Ten years of unprecedented MRI data of a single participant released as a human phantom

Publicly available data is at the heart of open science. In this spirit, we provide a unique and comprehensive collection of multiple MRI contrasts with ultrahigh resolution of single participant acquired in a decade. Such “human phantom” enables researchers to advance their respective field.

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In 2017, as part of my PhD thesis, we acquired and published a human whole brain in vivo MRI dataset with the highest spatial resolution to date with an isotropic resolution of 250 μm. We knew that the volunteer of this study participated in many other outstanding studies. Therefore, while preparing the manuscript, we came to the conclusion that at some point we should extend this already astonishing dataset by compiling and publishing all other remarkable data of that participant.

Today, we are happy to share a decade worth of MRI data of a single participant as a human phantom in our recent data descriptor published in Scientific Data available here: https://rdcu.be/clgFK. We present an extension to our previous dataset containing multiple additional contrasts with ultrahigh isotropic spatial resolution and (mostly) full brain coverage. In total, 202 volumes were acquired across 66 scanning sessions using an ultrahigh field 7 Tesla MR scanner (Siemens Heathineers, Erlangen, Germany). This includes up to 150 μm time of flight (ToF) angiography, 250 μm MPRAGE, 330 μm quantitative susceptibility mapping (QSM), up to 450 μm T2-weighted turbo spin echo (TSE), eight 700 μm T1-weighted back-to-back scans with low and high signal to noise ratio (SNR), 800 μm diffusion tensor imaging (DTI), one hour continuous 1.8 mm resting-state functional MRI (rs-fMRI), and more than 120 other MPRAGE volumes collected over 10 years with varying isotropic spatial resolution between 450 μm and 1 mm as well as many corresponding proton density weighted volumes with the same spatial resolution as the MPRAGE volumes.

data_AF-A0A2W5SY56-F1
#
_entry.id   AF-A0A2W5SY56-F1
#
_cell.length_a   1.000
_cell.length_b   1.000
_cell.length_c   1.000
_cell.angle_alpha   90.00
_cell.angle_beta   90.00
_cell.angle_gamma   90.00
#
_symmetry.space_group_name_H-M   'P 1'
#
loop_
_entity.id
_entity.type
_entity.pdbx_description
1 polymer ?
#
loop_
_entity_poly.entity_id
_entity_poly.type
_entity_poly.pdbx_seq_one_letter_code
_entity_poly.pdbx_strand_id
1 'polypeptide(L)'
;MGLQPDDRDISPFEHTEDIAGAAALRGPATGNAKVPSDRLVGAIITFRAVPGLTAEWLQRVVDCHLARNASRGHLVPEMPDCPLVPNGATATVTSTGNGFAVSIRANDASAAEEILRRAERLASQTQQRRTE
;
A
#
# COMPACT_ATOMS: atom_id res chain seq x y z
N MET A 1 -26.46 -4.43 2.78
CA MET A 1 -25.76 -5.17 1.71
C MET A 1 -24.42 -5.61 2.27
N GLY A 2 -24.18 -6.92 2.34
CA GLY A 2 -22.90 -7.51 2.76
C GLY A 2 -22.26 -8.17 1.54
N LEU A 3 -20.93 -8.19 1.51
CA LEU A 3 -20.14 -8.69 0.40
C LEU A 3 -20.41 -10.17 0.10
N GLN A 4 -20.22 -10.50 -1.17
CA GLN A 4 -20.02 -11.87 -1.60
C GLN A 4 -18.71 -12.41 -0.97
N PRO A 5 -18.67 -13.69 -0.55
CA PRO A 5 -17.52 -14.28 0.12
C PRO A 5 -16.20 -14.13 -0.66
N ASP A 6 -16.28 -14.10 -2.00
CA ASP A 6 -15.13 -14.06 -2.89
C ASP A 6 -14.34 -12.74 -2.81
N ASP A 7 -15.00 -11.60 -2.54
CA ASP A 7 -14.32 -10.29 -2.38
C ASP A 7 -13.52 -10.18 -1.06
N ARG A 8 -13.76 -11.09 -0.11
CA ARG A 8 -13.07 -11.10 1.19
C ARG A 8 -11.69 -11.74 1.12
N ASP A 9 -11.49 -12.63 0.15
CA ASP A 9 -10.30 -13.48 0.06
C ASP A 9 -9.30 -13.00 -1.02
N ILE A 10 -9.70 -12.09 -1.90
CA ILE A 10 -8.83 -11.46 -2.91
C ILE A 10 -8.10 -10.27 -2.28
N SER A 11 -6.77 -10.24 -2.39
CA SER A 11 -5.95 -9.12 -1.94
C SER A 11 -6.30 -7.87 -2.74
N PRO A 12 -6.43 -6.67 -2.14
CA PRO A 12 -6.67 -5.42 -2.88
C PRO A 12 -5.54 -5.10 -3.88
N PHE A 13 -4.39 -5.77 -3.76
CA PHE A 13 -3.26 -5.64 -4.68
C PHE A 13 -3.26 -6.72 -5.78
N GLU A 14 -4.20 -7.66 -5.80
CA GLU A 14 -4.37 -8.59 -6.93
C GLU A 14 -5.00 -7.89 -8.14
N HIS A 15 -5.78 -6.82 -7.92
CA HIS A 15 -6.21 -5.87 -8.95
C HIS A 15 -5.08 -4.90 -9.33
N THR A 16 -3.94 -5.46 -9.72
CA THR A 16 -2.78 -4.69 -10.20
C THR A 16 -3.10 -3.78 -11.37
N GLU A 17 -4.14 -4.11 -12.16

Some of the data feature the highest spatial resolution in vivo so far. However, the data is not unique due to its unprecedented spatial resolution only, but it was also acquired on the very same hardware as well as scanner's software and (mostly) with prospective motion correction to remediate rigid motion of the participant. It is quite remarkable that neither the hard- nor software was changed within these years, as this is a confounding factor in longitudinal studies commonly. Furthermore, MRI is an inherently slow acquisition technique and, therefore, is prone to motion. This becomes a particular problem when dealing with ultrahigh resolution imaging with hours of scan time to acquire a single volume. This usually leads to a deterioration of the so called effective spatial resolution. In order to still be able to capture sharp high quality images, it is therefore necessary to use a method for correcting the participant's movements. Thus, we have compiled the most comprehensive and high quality MRI data repository of a single human participant to date.